Netflix

Tweets About 'Alias Grace' Prove It's One Of This Year's Best Shows

While some of you were still having a Stranger Things 2 hangover last weekend, Netflix was moving and grooving, releasing their next major masterpiece of episodic television, Alias Grace. Adapted from the 1996 Margaret Atwood novel of the same name, this show, like The Handmaid's Tale before it, is a sumptuous production themed around the rights of women (and lack thereof) and how the patriarchy hurts everyone. But you don't have to take my word for it. These tweets about Alias Grace are proof enough that everyone who has sat down and watched it has loved the heck out of Margaret Atwood's period piece.

For those unfamiliar with the novel, Alias Grace is a work of historical fiction, based on the true crime story of Grace Marks. In 1843, Marks was accused, tried and convicted of the murder of her employer, Thomas Kinnear, and his housekeeper (and lover), Nancy Montgomery. She was just 16 years old. Her accomplice, 25 year old James McDermott was also tried, convicted, and hanged for their murders. Marks was originally sentenced to hang, but her sentence was commuted to 30 years prison, by reason of possible insanity.

Almost a decade into her imprisonment, Dr. Simon Jordan comes to visit her. He is studying the nascent field of mental health, and his goal is to figure out if Grace is innocent or guilty. Over the course of six episodes, Grace tells Dr. Jordan her story.

It's true. The Handmaid's Tale arrived just as Trump and Pence made their first push to repeal women's health rights. Alias Grace is a tale of how men in power sexually harass and abuse the women who are unable to push back, and it arrived right after a month of seeing wave after wave of men accused of sexual abusing female coworkers and underlings.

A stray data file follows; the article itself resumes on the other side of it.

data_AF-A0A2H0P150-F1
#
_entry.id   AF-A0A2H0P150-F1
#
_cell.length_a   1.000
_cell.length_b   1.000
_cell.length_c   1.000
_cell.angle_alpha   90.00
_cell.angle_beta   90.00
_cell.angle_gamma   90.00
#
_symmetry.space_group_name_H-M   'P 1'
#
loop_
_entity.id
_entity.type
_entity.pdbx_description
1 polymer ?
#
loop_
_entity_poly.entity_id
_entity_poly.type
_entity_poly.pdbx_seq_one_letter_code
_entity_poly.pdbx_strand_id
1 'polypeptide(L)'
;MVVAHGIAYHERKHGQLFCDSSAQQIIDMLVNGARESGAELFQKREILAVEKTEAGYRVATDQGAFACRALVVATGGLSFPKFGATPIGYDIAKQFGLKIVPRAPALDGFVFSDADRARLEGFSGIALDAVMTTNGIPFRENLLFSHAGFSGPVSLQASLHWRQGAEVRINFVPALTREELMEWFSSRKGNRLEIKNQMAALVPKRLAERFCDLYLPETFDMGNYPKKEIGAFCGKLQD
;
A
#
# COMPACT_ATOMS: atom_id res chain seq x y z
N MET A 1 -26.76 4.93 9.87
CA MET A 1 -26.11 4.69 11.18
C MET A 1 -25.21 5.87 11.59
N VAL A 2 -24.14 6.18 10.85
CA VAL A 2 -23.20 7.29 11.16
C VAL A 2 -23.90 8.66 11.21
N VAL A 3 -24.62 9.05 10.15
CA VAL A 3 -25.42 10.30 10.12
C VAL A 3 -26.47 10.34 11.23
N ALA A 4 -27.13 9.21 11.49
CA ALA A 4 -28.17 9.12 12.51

Alias Grace was filmed as a co-production with the CBC, Canada's Public Broadcasting. The six episodes aired over a six week period up north, finishing up the Monday before Netflix releases it to the states.

Alias Grace is only six episodes, most of which are ~45 minutes long. We calculate the entire series can be consumed in just under 4.5 hours, all told.

The themes of how men treat women badly, and in their oppressed state they cannot fight back, or even allow themselves to feel rage is one that many women can relate to.

Sarah Gadon's performance as Grace Marks is the heart of the show, and her lines are quotable for days.

Check out this scene where Gadon knocks Mark's monologue out of the park. Basically, imagine a show which is 6 hours of this kind of good stuff. Why haven't you started it yet?

For those who worry it's all rage against the men and their machines, don't worry. Some of these home truths are universal.

Still, the theme of Atwood's novel is in line with the themes of Handmaid's Tale. What's the phrase I've heard so often recently? "Men are afraid women will make fun of them. Women are afraid men will kill them."

Oh wait! That's actually a saying *based on something Margaret Atwood wrote.*

Novelist Margaret Atwood writes that when she asked a male friend why men feel threatened by women, he answered, 'They are afraid women will laugh at them.' When she asked a group of women why they feel threatened by men, they said, 'We're afraid of being killed.'

Of course, for some, it's the allure of the unspoken romance that forms between Jordan and Grace in there many hours talking that gets them to keep pressing "next episode."

Not to mention the production values, and the acting. (Lorenzo is right, the costumes are divine.)

Some tuned in for the mystery. Did Grace do it? Or didn't she? To find out, you'll have to watch the show.

It's a rainy night, and it's the anniversary of the election tomorrow. Turn off, tune in, drop out and spend time watching this instead.

Yes, we can. All day long. Anyone who hasn't watched this show yet, get on that.

Alias Grace is streaming now on Netflix.